Transit officials in Edmonton are discussing ways in which public transit can be improved and how to go about taking the best ideas from these discussions. The aim is to advance our transit system to meet the needs of more of Edmonton’s population.
One key matter put forward is that Edmonton Transit will seek to build partnerships, for instance, with Uber, as well as any ride-share businesses as part of its goal of creating easier access to and within the suburbs.
Edmonton Transit will showcase it’s strategies to City Council in June of this year, as it states that other cities in North America that utilize Uber, find it actually less expensive than continuing to facilitate the use of empty buses on certain routes. The strategy would mean a “scale-back” on community buses, states Transit Strategist, Sarah Feldman. She asserts that we must look for creative methods such as the old “dial-a-ride” idea. Many are opposed to this manner of reducing buses and say it is a step backward. However, Uber already has several U.S. cities with such partnerships with public transit.
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Uber Canada’s director of public policy, Adam Blinick states, “We are very eager to engage” with regard to discussions on the topic of partnering up strategies. There is proof that many Uber users are already connecting Uber with their public transport, “making trips ending or starting at the LRT stations”. This, in and of itself, leads to valuable free advertising for Uber, when someone uses both public transit connecting with Uber in this respect. It simultaneously leads to good promotion for public transit when people incorporate this strategy to get around the city.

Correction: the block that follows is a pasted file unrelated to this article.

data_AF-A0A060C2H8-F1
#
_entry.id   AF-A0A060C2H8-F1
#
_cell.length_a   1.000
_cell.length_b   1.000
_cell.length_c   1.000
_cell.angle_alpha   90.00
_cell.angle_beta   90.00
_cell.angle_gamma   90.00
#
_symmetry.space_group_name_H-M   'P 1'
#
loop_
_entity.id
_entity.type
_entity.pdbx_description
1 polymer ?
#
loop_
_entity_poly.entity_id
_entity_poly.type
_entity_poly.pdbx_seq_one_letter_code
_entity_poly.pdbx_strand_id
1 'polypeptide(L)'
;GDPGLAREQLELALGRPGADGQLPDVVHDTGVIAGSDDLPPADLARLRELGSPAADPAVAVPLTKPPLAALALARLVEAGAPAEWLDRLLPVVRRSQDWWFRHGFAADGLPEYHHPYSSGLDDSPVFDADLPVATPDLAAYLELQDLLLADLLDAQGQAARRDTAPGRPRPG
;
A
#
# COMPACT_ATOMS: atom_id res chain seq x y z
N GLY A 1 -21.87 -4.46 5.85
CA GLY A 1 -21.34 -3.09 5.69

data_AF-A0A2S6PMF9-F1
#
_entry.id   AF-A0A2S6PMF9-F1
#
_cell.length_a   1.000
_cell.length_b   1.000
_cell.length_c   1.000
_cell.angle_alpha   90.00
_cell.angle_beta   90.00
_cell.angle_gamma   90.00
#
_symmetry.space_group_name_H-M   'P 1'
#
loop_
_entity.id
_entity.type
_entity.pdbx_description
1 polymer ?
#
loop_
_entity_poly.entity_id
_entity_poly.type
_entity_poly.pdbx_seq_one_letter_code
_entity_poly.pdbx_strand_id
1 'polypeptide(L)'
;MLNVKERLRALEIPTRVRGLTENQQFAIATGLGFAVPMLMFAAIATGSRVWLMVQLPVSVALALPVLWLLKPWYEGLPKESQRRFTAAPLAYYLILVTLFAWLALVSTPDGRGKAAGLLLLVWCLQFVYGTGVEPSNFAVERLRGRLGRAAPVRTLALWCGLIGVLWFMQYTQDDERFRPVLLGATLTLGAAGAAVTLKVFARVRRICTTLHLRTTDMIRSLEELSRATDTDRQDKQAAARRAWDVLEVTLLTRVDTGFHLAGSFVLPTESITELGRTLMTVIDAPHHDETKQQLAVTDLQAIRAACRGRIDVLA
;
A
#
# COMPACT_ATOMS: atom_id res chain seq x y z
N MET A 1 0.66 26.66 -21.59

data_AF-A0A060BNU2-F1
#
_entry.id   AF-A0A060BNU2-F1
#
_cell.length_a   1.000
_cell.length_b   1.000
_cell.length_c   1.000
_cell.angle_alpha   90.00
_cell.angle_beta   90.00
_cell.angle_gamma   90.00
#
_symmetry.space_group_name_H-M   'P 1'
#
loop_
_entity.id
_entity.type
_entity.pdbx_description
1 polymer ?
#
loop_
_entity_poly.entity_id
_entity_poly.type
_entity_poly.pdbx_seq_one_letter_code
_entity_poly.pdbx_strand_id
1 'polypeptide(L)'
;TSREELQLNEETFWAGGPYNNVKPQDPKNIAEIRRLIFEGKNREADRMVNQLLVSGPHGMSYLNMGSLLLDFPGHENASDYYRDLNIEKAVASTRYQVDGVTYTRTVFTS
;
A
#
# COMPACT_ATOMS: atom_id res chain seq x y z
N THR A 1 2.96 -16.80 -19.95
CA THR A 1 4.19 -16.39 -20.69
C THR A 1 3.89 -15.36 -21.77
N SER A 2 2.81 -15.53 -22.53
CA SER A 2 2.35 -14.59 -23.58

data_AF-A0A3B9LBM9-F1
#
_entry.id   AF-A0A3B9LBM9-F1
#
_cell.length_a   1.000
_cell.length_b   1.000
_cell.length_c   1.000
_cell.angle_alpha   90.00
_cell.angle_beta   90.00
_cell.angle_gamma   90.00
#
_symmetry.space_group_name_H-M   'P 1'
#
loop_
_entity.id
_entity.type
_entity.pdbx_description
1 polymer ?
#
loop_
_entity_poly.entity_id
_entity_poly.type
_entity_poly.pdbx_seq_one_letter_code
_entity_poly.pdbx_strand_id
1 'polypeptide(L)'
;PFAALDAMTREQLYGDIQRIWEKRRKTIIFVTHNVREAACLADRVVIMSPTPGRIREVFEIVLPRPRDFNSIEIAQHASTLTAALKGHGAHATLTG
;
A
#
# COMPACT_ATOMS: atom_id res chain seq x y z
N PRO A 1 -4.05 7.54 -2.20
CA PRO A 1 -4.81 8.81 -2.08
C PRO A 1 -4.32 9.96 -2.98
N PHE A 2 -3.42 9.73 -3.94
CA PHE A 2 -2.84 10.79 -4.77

City Council has stated that it highly recommends that in-depth cost comparisons be implemented during the study and discussion of transit strategy. Councillor, Michael Walters has been viewing the issue from a seniors’ mobility standpoint and proposes that “anything that works for seniors can work for the rest of the population”. Walters also states that the strategy “should be open to a variety of companies…It’s not about competition. It’s about everyone pulling together to help meet the need in the community”.
Part of building the strategy to be discussed in June at City Council, will include emphasizing more flexible and inexpensive choices for community buses. Creative ways of augmenting the system as the city’s needs grow, while implementing extensive cost comparisons will be of utmost importance.
This article was written by Donna Murchie.